Esophagectomy is a complex operation and is associated with significant morbidity and mortality. In an attempt to lower morbidity, we have adopted a minimally invasive approach to esophagectomy. Our primary objective was to evaluate the outcomes of minimally invasive esophagectomy (MIE) in a large group of patients. Our secondary objective was to compare the modified McKeown minimally invasive approach (videothoracoscopic surgery, laparoscopy, neck anastomosis [MIE-neck]) with our current approach, a modified Ivor Lewis approach (laparoscopy, videothoracoscopic surgery, chest anastomosis [MIE-chest]). We reviewed 1033 consecutive patients undergoing MIE. Elective operation was performed on 1011 patients; 22 patients with nonelective operations were excluded. Patients were stratified by surgical approach and perioperative outcomes analyzed. The primary endpoint studied was 30-day mortality. The MIE-neck was performed in 481 (48%) and MIE-Ivor Lewis in 530 (52%). Patients undergoing MIE-Ivor Lewis were operated in the current era. The median number of lymph nodes resected was 21. The operative mortality was 1.68%. Median length of stay (8 days) and ICU stay (2 days) were similar between the 2 approaches. Mortality rate was 0.9%, and recurrent nerve injury was less frequent in the Ivor Lewis MIE group (P < 0.001). MIE in our center resulted in acceptable lymph node resection, postoperative outcomes, and low mortality using either an MIE-neck or an MIE-chest approach. The MIE Ivor Lewis approach was associated with reduced recurrent laryngeal nerve injury and mortality of 0.9% and is now our preferred approach. Minimally invasive esophagectomy can be performed safely, with good results in an experienced center.
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              Surgical therapy of oesophageal carcinoma.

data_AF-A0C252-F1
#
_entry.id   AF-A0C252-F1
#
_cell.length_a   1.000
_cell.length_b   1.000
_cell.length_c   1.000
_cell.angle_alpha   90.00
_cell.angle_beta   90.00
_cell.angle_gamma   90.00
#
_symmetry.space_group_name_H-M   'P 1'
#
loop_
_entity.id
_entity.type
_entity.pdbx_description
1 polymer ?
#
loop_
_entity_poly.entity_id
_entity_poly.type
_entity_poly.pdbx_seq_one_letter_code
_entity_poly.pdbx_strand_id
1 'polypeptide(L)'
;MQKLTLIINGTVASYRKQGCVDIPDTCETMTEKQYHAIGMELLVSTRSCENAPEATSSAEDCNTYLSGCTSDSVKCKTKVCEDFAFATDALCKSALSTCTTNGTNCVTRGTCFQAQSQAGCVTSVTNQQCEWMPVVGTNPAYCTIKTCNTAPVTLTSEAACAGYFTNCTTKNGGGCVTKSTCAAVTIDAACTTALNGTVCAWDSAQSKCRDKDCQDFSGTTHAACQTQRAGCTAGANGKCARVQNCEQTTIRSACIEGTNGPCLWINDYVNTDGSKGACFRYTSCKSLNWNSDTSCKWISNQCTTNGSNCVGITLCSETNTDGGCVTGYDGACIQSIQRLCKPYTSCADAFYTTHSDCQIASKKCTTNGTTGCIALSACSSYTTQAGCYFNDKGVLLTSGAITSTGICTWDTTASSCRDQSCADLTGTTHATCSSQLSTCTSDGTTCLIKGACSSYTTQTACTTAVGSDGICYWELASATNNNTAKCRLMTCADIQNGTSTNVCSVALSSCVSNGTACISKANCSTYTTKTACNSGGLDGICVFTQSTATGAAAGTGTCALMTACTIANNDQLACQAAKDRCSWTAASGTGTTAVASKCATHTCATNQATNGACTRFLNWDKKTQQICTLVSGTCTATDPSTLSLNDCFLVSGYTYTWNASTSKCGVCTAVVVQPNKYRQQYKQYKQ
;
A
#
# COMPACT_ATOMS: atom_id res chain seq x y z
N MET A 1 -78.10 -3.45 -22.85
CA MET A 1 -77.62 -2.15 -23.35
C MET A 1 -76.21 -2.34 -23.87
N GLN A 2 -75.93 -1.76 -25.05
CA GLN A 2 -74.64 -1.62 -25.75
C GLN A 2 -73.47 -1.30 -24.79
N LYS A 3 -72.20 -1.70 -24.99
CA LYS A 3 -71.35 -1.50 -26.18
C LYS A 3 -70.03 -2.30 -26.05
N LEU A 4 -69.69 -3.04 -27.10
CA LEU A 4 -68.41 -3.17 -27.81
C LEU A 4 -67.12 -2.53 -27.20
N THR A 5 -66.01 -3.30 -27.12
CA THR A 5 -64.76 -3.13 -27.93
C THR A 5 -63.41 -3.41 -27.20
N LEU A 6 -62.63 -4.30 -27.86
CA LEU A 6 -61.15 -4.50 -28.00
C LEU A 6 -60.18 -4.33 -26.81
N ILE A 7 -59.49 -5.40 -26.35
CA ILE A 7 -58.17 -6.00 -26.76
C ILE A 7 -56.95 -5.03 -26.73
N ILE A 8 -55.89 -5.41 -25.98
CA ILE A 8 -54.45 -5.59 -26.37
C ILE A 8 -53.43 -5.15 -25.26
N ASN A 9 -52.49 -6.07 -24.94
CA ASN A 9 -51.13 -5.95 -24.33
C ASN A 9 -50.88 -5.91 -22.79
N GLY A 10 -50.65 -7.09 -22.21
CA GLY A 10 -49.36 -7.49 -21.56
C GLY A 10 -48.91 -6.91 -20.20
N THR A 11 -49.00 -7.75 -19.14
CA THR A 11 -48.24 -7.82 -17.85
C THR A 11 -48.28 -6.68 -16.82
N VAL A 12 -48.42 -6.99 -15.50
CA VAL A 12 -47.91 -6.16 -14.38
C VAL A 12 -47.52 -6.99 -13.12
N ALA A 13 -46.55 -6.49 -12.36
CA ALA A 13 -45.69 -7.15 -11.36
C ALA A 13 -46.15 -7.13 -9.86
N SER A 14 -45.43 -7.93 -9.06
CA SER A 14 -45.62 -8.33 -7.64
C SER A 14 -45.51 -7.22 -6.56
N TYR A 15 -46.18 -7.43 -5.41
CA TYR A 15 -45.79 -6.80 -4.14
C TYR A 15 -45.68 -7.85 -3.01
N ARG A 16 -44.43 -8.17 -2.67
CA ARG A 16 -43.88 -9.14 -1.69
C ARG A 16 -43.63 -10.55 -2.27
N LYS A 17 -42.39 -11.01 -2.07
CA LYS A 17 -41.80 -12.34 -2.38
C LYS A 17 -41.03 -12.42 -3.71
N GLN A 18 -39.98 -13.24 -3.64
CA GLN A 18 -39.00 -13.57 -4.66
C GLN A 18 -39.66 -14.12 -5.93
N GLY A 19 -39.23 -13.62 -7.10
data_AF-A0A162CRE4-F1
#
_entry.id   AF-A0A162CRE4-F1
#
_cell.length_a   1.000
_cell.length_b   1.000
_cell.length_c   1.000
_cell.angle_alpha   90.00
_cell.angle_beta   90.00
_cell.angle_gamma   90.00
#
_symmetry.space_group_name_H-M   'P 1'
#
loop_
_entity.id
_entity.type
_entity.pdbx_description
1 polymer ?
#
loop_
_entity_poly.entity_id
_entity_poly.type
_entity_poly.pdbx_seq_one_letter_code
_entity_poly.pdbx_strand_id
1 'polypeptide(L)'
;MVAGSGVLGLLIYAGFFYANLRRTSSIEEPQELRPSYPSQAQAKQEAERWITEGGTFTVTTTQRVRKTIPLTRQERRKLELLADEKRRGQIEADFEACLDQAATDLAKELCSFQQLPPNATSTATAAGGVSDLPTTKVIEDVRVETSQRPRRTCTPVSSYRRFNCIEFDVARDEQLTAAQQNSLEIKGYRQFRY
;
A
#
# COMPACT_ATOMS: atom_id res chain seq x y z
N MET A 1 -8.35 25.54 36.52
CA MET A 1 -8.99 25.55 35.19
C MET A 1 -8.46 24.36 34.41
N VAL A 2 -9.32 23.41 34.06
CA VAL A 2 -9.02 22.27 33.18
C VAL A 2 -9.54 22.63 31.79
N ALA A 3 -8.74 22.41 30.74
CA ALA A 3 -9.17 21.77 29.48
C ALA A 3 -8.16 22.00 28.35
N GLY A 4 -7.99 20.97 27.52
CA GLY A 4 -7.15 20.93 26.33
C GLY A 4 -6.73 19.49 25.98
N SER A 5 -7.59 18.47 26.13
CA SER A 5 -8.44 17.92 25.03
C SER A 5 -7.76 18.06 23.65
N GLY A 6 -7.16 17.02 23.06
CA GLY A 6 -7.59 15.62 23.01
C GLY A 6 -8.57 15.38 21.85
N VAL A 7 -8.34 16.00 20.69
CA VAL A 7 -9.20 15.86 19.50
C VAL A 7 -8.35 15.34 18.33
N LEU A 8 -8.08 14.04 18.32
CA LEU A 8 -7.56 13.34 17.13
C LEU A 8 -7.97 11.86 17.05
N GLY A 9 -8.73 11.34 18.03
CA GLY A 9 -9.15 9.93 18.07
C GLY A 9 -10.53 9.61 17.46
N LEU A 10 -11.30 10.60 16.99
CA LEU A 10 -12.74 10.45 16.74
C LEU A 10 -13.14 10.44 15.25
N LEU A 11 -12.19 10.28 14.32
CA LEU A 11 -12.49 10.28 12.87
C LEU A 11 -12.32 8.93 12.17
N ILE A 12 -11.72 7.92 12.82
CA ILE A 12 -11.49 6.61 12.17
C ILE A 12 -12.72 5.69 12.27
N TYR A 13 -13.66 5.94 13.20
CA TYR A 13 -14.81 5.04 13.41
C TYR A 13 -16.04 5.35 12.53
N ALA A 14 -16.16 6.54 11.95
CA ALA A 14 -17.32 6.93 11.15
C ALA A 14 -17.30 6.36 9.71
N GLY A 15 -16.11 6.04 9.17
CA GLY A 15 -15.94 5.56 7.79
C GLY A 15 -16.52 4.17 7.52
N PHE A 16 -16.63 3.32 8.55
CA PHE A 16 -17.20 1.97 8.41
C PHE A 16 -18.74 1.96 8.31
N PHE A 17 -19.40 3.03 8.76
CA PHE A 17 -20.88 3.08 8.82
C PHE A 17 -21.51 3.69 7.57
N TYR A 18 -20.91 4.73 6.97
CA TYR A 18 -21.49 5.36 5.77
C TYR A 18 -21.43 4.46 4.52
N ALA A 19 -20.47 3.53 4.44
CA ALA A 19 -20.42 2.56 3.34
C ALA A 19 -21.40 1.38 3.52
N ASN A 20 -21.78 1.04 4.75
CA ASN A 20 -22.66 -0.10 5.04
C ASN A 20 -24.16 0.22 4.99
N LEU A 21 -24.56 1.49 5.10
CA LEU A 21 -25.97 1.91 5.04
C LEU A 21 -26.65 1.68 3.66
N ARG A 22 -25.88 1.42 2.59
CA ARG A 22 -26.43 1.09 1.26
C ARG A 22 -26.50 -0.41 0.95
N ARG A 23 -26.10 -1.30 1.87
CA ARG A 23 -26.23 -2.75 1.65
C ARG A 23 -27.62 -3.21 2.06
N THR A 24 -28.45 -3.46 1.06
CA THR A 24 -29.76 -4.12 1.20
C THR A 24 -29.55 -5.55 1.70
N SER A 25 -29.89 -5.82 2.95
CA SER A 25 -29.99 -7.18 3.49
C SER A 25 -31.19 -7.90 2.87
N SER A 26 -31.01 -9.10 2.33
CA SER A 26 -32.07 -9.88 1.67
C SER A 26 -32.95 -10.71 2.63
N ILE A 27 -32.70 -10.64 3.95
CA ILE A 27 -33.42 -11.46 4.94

During the past 10 years, postoperative mortality associated with surgical treatment of oesophageal carcinoma has been reduced by one-half. However, it appears that all efforts to improve long-term survival with extensive excisional procedures and adjuvant chemotherapy and radiotherapy have failed. Fifty-six of 100 patients presenting to the surgeon with an oesophageal carcinoma have resectable disease. Recent studies suggest that seven of them will die from postoperative complications and 49 patients will be discharged from the hospital after an average of 3 weeks. Of these patients, 27 will survive the first, 12 the second, and ten the fifth year. Although it may be possible to further reduce postoperative complications and mortality, the chances of improving the long-term prognosis of patients with oesophageal carcinoma seem small.

                Author and article information

                Dig Surg
                Digestive Surgery
                S. Karger AG
                July 2014
                23 April 2014
                : 31
                : 2
                : 95-103
                aDepartment of Surgery, Canisius-Wilhelmina Hospital, bDepartment of Surgery, Radboud University Medical Centre, Nijmegen, The Netherlands
                Author notes
                *Frans van Workum, Canisius-Wilhelmina Hospital Nijmegen, PO Box 9015, NL-6500 GS, Nijmegen (The Netherlands), E-Mail F.vanworkum@cwz.nl
                358812 Dig Surg 2014;31:95-103
                © 2014 S. Karger AG, Basel

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                Page count
                Figures: 4, Tables: 2, Pages: 9
                Original Paper